Posts tagged ‘Oil paint’

Two Sides

bKerriorgdretouched copy 2

Two variations of K.bKerri glamor retouched copy

There are so many ways to portray a subject.  Even when the portrait is figurative, a straight forward depiction of likeness; a literal likeness of an individual, it’s a challenge to decide which aspect of your model you want to highlight or capture.  That said, I’ve been playing with “sets”.  These are two figurative, straight up portraits of an individual, exploring two very different ways of seeing her.

-Please forgive the less than ideal photos of these oil paintings. The human eye blends the color and values, my lack of expertise  with a camera seems to separate them-



Experiments In Oil#3


I LOVE to paint portraits, people, figures, gestures.  In the hands of a skilled and thoughtful artist, Old Master or contemporary, there is no subject more compelling for me  than a portrait.  But, paintings of people can sometimes leave me less than satisfied.  They can sometimes appear to me, too pretty, or too gimmicky, too separate from the viewer, or too…vacant.  I wondered what would happen if I pushed all of these notions?  So, I did.

With this third painting, I decided to glaze with opacity (a paradoxical notion), in order to create a ceiling, if you will.  A separation between subject and viewer, like the photos I’d taken of debris, still, under a frozen pond.  This painting is no longer a portrait because it does not reflect what I know about my subject. Here, she is merely reference for a painting. It speaks for me, not for her.  Got to say however, that I enjoy this outcome:)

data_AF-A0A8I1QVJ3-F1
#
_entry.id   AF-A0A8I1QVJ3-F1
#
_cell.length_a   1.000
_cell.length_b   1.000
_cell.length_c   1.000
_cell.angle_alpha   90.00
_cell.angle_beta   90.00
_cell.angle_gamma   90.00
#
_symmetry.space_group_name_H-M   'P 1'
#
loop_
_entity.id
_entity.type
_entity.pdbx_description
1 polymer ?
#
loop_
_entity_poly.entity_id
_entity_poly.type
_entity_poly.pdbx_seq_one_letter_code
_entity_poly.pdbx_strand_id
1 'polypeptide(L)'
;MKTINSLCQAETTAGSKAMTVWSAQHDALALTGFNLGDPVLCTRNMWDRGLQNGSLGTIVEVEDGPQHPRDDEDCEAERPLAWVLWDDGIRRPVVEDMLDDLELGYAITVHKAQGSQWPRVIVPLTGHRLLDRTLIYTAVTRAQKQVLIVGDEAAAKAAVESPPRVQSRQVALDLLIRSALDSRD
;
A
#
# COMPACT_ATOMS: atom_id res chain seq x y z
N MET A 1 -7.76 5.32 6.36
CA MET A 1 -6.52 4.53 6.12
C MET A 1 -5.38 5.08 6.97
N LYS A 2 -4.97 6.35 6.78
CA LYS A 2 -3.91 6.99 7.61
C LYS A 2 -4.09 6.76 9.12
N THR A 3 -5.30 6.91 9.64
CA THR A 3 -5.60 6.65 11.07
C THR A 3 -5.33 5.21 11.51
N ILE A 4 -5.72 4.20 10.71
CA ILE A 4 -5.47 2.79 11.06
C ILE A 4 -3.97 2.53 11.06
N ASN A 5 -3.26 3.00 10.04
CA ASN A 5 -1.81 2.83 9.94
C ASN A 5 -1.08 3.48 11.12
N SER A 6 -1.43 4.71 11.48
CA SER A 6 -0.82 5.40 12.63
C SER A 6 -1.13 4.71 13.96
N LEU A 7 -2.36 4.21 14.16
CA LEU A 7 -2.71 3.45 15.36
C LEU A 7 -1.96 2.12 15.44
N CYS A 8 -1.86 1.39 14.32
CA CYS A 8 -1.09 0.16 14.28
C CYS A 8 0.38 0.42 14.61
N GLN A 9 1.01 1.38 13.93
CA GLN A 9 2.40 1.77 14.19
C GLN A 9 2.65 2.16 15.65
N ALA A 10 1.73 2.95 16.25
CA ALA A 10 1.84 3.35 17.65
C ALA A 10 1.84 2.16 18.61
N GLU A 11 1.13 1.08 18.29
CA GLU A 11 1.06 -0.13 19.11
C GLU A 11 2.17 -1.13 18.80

The three experiments in oils have helped me come to some conclusions about the way I like to work, what practical methods I find satisfying, and the thought behind what I want to make. I think that now I’d like to further explore both my appreciation for portraiture and my personal prejudices about portraiture, to see what might happen next.

Thanks for your kind comments and interest!  I’ll keep you posted;)

Experiments In Oil#2

c3 copy

Thanks for all your thoughtful and kind comments on experiment #1.

Onto experiment #2.: Experiments #1 and #2 have photo challenges in common,  even though this surface is not shiny. These colors are somewhat brighter than the original and playing in PS didn’t get them right.  No glazing here, the paint was applied fresh but thick with medium.

I say, “meh”.  So far I’m confirming that the way I usually work, seems to work better for me.  I’m going to have to paint this model in my old tried and true fashion,  because I just haven’t begun to do her justice.

Tomorrow, oil experiment #3

Experiments In Oil #1


I’m without a commission at the moment, so I’ve been pushing into “what if” territory in oil paint.  I’ve played with three paintings, all handled differently.  The subject is the same, though posture and expression vary greatly.  Above is the first.  I applied many more layers of glaze than I normally use, to see if my usual technique could improve with the added work, or if the result  would just become too noodley. The later is the final verdict. The dozen layers or more of paint simply created thicker clumsy strokes. The painting does however, look better in reality. Photographing the painting sans the shine was a bear. The translucent quality resulting from multiple glazes isn’t apparent in the photo, and the transitions between values aren’t showing up well, resulting in annoying linear areas.

Note to self:Don’t overdo the glazing:)

Tomorrow, oil experiment #2


It’s been many years since I’ve worked on a self portrait.  It was time.  I’ve decided on a limited series, in order  to experiment.  This first oil painting is pretty straight forward, but distortions abound.   It’s a manual facelift.